Black Star | Underground Essentials’ Latest Inductee
In 1919, Marcus Garvey organized the Black Star Line, a shipping and trading company meant to facilitate black-owned business across the Atlantic Ocean between Africa and North America. While it’s history was short, the significance of it is not to be understated. In a way, it was a symbol of determination and success for the diaspora, much like the 1997 rap duo Black Star from Brooklyn, New York. An underground staple on the scene, Mos Def and Talib Kweli stand as success stories themselves for the African American community and the city from which they were born. Co-opting the Black Star name, they have gone on to create anthems and hip-hop hymns that inspire us to this day.
Mos Def (known as Yasiin Bey off the stage, or by his birth name Dante Terrell Smith) was born in 1973, quickly showing his talents in entertainment through child acting gigs and a rap group UTD composed of him and his siblings. Known unanimously today as one of the best to ever do it, his first big debut came from Black Star’s first album, his duo with Talib Kweli. Talib himself was born in 1975, beginning his rap career with local groups shortly before joining up with Mos Def to make history with their debut project.
Mos Def & Talib Kweli Are Black Star
In 1998, both emcees were preparing to release their first solo work. They had gained experience through collaborations with local acts, as they soaked up inspiration from other contemporaries such as De La Soul and Q-Tip. Putting their own projects on hold to join forces, they made history with their first (and so far only) album Mos Def & Talib Kweli Are Black Star. Released to wide critical acclaim and charting at #53 on the Billboard 200, it was an important moment for the underground as these two talented, knowledgeable rappers told their stories of the crack-epidemic NYC years and expanded on the black man’s strife in modern America. Both having grown up students of the arts, the album still stands as an essential record for its timeless production and thoughtful, alternative lyrical content.
While they enjoyed great success in their joint venture, both were gifted in their own right and needed to spread their wings and follow opportunities. Mos Def and Kweli have been activists from the get-go, using their newfound fame to propel their voices to larger and larger platforms. They created the Hip Hop for Respect project, a group that would speak out against issues facing the community, mainly police brutality. Mos Def has performed numerous concerts in support of wrongly convicted inmates, oil spill cleanups, and in criticism of government treatment for damaged communities such as New Orleans following Hurricane Katrina. Talib Kweli has been active, publicly joining sit-ins and protests, speaking at rallies and appearing on television to speak on issues ranging from politics to the music industry.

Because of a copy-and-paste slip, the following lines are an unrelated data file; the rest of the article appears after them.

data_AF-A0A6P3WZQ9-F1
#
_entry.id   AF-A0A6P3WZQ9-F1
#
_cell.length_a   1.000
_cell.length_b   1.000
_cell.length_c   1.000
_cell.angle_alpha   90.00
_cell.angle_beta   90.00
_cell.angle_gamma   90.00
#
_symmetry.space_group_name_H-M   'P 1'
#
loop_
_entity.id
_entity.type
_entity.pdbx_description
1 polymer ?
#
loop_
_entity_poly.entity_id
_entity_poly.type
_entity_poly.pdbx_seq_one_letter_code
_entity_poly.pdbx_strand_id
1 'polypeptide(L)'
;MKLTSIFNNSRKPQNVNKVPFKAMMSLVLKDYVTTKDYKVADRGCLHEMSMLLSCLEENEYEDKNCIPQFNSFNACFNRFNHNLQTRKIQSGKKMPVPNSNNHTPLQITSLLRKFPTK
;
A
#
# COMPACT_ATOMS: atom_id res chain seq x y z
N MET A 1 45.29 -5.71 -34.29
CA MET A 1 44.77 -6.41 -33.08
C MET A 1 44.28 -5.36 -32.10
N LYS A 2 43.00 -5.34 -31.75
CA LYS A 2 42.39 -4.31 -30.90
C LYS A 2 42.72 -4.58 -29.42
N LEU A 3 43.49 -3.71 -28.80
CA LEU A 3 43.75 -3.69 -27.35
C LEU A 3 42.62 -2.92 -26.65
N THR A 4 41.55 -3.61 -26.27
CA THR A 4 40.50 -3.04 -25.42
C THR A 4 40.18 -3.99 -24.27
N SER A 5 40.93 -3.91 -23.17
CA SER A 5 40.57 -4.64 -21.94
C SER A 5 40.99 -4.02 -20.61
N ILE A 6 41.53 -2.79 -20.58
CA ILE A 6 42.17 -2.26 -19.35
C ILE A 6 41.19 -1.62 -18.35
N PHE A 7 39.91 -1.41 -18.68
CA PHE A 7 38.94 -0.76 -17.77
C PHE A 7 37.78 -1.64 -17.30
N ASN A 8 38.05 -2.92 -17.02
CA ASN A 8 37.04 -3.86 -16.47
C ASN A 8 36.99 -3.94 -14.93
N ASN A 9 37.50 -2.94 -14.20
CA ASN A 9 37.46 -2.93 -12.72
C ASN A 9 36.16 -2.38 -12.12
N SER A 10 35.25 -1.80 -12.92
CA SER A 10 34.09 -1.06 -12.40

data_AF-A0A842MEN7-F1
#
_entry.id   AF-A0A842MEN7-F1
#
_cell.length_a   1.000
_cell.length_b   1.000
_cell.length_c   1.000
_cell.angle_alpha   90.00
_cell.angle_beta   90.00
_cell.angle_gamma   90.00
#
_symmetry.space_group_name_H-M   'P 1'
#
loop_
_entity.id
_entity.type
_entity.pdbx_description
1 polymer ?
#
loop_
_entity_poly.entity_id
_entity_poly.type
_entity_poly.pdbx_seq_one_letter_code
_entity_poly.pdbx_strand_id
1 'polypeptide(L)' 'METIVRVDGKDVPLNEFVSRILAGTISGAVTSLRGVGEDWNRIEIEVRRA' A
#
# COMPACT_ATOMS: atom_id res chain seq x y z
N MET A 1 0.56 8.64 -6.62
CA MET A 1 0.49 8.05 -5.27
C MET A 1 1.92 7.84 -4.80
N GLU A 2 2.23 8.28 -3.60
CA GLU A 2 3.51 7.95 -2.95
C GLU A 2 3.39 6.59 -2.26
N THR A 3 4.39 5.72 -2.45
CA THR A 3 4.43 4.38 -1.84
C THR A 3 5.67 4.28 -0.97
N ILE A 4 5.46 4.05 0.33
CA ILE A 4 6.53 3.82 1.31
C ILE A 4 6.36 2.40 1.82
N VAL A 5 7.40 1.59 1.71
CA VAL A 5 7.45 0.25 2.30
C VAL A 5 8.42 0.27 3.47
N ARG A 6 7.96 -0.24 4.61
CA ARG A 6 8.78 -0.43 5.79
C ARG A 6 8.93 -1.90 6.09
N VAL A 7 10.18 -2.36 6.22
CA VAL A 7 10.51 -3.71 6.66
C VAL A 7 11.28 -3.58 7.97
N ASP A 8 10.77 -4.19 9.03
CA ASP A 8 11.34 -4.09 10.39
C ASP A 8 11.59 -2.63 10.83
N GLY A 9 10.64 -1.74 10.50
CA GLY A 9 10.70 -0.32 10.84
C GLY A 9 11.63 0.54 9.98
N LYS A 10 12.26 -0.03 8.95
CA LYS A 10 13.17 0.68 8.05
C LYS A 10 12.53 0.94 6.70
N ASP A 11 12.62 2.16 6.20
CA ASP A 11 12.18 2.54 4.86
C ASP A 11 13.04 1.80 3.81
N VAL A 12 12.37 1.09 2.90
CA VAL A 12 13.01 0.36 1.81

As well as activism, both rappers continued to put out music. Mos Def (who changed his name to Yasiin Bey after signing with GOOD Music) would drop 3 more albums, including the famous Black On Both Sides, before announcing retirement from the industry as a whole. Kweli on the other hand has released 14 albums, collaborating with a wide range of producers and vocal artists. He announced at a Madlib show in 2018 that a new Black Star album was completed, but as of yet no singles or more news has been announced. Reportedly they are waiting for the right time to drop the project, figuring out when and how to do it. One thing is for certain, the entire hip hop community is ready for the return of the duo, particularly in a new decade where tensions and political agendas have been stirring even in the music scene itself.
Much like Marcus Garvey’s shipping company, the members of Black Star have been revered as important parts of black history, signifying a spirit of determination and perseverance. Neither escaped the grasp of controversy at points, but the message and ideals they carry are clear. Underground and alternative hip hop has always been the space for voices that speak to the soul, not to the streamers. The two emcees are prime examples and have been put on a pedestal for good reason. They may be activists, actors, and businessmen, but to the young man walking down the sidewalk bobbing his head to “Thieves In The Night,” Mos Def and Talib Kweli are Black Star.
“Underground Essentials” is an ongoing series of Loud News Net to recognize the most essential contributors to underground hip hop. On a regular basis, we induct artists into the “Underground Essentials” hall of fame.